Abortion, same-gender marriage, eminent domain and the separation of church and state are just some of the issues where the courts have been a major influence and the appointees of the next administration could make a huge impact.
The next president will tip the courts, one way or another.Something to think about when you're deciding whether or not to abstain from voting in the election.
Supreme Court openings are all but guaranteed, and that's just the start: 44 trial and appellate federal judicial vacancies already await filling. There will be more.
Consider this: President Bush has placed 316 judges on the bench during his two terms. One out of three federal judges now owes a lifetime-tenured job to the current president. Whoever replaces Bush will be likewise recasting courthouses, top to bottom.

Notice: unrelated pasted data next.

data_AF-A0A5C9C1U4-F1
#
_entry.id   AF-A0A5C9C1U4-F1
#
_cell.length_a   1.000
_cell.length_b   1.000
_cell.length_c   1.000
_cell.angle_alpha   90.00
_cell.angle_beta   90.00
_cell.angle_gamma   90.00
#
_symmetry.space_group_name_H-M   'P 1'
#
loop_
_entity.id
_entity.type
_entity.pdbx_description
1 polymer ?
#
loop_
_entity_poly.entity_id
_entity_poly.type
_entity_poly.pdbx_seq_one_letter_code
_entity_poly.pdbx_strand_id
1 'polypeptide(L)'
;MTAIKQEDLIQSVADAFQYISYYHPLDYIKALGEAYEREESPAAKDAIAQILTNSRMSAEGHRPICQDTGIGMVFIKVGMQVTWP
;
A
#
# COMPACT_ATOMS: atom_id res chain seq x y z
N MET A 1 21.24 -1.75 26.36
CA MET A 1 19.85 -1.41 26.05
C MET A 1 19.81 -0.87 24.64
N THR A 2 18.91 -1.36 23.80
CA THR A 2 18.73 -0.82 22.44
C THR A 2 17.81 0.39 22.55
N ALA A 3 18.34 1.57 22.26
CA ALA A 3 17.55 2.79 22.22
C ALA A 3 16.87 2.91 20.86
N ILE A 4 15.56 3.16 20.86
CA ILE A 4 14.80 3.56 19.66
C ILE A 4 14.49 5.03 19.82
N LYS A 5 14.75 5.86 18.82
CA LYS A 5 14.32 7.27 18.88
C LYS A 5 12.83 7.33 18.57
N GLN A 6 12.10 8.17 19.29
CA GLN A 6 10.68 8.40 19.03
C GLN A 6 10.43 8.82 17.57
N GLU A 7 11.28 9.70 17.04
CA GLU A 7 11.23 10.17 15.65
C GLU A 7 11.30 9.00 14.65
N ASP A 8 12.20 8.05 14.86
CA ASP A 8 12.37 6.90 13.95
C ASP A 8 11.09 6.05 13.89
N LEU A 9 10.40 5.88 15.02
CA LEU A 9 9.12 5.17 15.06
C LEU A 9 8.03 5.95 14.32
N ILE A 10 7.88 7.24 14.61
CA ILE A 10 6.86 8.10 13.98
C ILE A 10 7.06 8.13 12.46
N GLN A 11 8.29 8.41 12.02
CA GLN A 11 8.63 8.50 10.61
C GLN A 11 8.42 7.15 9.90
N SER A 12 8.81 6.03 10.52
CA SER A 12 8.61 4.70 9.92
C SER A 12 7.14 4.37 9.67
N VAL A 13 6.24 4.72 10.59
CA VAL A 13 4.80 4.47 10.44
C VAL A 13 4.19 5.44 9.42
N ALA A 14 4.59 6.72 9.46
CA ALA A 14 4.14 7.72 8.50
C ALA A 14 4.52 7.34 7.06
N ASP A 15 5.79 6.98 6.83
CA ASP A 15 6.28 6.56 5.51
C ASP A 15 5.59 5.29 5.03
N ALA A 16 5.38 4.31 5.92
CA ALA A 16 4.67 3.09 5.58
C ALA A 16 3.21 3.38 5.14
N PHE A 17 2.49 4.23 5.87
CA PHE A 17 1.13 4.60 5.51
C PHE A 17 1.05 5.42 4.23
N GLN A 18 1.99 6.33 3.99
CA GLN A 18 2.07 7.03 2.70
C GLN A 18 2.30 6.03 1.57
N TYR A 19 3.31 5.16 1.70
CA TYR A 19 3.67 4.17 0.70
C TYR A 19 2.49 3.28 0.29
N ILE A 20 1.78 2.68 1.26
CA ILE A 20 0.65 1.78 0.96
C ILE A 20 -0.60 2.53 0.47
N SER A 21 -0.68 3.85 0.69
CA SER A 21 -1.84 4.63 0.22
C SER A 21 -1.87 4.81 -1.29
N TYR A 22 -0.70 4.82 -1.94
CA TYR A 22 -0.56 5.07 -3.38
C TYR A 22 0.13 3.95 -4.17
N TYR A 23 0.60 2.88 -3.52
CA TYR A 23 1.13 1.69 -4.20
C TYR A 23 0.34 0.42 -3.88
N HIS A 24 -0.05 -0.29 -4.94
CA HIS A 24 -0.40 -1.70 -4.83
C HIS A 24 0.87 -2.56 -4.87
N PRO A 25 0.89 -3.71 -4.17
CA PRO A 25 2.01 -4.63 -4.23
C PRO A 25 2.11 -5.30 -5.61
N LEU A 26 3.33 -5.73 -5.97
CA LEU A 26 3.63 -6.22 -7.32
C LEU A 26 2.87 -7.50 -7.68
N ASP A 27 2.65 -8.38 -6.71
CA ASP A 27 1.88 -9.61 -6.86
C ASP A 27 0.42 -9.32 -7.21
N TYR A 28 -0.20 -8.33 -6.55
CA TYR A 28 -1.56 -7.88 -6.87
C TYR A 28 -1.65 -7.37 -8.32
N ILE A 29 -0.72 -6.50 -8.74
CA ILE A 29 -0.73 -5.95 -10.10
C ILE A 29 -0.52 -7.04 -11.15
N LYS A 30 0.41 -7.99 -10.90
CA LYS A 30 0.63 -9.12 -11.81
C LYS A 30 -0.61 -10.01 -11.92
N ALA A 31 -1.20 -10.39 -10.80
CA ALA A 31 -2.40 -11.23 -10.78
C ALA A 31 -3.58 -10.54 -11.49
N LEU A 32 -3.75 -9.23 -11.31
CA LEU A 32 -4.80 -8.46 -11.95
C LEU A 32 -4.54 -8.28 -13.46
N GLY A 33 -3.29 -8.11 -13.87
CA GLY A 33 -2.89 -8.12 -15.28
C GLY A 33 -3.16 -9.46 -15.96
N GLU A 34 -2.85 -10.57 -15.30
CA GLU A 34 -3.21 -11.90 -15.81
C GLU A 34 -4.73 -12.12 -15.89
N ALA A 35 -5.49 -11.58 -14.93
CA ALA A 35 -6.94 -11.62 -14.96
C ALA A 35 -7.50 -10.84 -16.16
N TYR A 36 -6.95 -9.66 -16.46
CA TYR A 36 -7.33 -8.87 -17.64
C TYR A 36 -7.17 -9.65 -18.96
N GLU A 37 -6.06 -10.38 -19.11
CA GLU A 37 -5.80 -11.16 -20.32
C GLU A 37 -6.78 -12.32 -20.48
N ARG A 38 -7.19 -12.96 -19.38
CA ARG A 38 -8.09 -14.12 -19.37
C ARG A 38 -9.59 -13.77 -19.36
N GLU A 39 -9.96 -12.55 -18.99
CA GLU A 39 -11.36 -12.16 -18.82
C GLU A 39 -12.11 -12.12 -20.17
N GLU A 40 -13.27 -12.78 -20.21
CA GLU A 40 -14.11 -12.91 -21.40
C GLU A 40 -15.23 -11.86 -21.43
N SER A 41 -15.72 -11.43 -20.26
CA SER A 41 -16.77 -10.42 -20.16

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On Monday, timed to the opening of the Supreme Court's new term, the conservative Judicial Confirmation Network will begin running on ads Fox News Channel attacking Democratic nominee Barack Obama.
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Either candidate is bound to put his standards into practice. By next September, six of the nine Supreme Court justices will be at least 70 years old. Justice John Paul Stevens turns 89 in April.
"The Supreme Court is on the ballot this fall, and the stakes could not be higher for Americans," said People for the American Way President Kathryn Kolbert in a statement released Wednesday.
In some ways, the advocacy groups are out ahead of the public at large.